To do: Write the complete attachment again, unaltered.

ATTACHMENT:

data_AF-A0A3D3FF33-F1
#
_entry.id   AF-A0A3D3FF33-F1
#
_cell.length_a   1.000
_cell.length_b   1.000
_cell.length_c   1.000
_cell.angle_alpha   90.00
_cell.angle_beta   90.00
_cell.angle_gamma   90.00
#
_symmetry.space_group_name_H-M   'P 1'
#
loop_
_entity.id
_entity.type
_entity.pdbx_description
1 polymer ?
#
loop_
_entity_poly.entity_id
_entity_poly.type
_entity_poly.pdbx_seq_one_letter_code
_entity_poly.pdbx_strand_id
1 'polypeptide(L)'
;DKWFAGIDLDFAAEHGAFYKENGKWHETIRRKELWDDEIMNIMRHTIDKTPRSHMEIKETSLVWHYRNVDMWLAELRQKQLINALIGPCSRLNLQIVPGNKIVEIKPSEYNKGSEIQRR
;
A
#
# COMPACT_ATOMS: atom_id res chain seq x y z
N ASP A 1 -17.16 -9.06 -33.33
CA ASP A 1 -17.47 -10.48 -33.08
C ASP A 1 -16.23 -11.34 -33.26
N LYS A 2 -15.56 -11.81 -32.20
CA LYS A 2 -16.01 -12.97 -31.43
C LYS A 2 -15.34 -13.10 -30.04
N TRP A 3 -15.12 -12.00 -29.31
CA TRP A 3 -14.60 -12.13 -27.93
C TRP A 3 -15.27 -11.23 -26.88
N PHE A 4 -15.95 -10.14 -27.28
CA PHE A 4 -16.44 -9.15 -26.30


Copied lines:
data_AF-A0A3D3FF33-F1
#
_entry.id   AF-A0A3D3FF33-F1
#
_cell.length_a   1.000
_cell.length_b   1.000
_cell.length_c   1.000
_cell.angle_alpha   90.00
_cell.angle_beta   90.00
_cell.angle_gamma   90.00
#
_symmetry.space_group_name_H-M   'P 1'
#
loop_
_entity.id
_entity.type
_entity.pdbx_description
1 polymer ?
#
loop_
_entity_poly.entity_id
_entity_poly.type
_entity_poly.pdbx_seq_one_letter_code
_entity_poly.pdbx_strand_id
1 'polypeptide(L)'
;DKWFAGIDLDFAAEHGAFYKENGKWHETIRRKELWDDEIMNIMRHTIDKTPRSHMEIKETSLVWHYRNVDMWLAELRQKQLINALIGPCSRLNLQIVPGNKIVEIKPSEYNKGSEIQRR
;
A
#
# COMPACT_ATOMS: atom_id res chain seq x y z
N ASP A 1 -17.16 -9.06 -33.33
CA ASP A 1 -17.47 -10.48 -33.08
C ASP A 1 -16.23 -11.34 -33.26
N LYS A 2 -15.56 -11.81 -32.20
CA LYS A 2 -16.01 -12.97 -31.43
C LYS A 2 -15.34 -13.10 -30.04
N TRP A 3 -15.12 -12.00 -29.31
CA TRP A 3 -14.60 -12.13 -27.93
C TRP A 3 -15.27 -11.23 -26.88
N PHE A 4 -15.95 -10.14 -27.28
CA PHE A 4 -16.44 -9.15 -26.30